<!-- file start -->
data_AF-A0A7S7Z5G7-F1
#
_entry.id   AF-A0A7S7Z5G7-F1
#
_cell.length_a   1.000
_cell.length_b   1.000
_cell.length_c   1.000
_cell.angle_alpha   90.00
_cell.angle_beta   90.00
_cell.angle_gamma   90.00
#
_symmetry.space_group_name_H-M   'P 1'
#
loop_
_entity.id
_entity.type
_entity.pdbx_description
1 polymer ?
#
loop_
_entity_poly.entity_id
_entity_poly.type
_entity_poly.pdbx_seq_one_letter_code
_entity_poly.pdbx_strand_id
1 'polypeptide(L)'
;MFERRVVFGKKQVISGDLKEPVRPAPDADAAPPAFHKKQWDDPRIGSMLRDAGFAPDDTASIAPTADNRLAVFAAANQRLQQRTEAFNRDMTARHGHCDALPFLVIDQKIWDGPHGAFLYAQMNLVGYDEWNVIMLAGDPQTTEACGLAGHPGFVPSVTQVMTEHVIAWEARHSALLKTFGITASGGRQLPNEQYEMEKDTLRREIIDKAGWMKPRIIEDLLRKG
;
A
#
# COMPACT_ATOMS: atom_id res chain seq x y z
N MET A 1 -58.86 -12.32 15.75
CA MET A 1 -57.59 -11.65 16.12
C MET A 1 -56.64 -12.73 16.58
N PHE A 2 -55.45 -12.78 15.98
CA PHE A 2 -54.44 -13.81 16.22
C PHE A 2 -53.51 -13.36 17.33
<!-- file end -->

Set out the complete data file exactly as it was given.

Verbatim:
data_AF-A0A7S7Z5G7-F1
#
_entry.id   AF-A0A7S7Z5G7-F1
#
_cell.length_a   1.000
_cell.length_b   1.000
_cell.length_c   1.000
_cell.angle_alpha   90.00
_cell.angle_beta   90.00
_cell.angle_gamma   90.00
#
_symmetry.space_group_name_H-M   'P 1'
#
loop_
_entity.id
_entity.type
_entity.pdbx_description
1 polymer ?
#
loop_
_entity_poly.entity_id
_entity_poly.type
_entity_poly.pdbx_seq_one_letter_code
_entity_poly.pdbx_strand_id
1 'polypeptide(L)'
;MFERRVVFGKKQVISGDLKEPVRPAPDADAAPPAFHKKQWDDPRIGSMLRDAGFAPDDTASIAPTADNRLAVFAAANQRLQQRTEAFNRDMTARHGHCDALPFLVIDQKIWDGPHGAFLYAQMNLVGYDEWNVIMLAGDPQTTEACGLAGHPGFVPSVTQVMTEHVIAWEARHSALLKTFGITASGGRQLPNEQYEMEKDTLRREIIDKAGWMKPRIIEDLLRKG
;
A
#
# COMPACT_ATOMS: atom_id res chain seq x y z
N MET A 1 -58.86 -12.32 15.75
CA MET A 1 -57.59 -11.65 16.12
C MET A 1 -56.64 -12.73 16.58
N PHE A 2 -55.45 -12.78 15.98
CA PHE A 2 -54.44 -13.81 16.22
C PHE A 2 -53.51 -13.36 17.33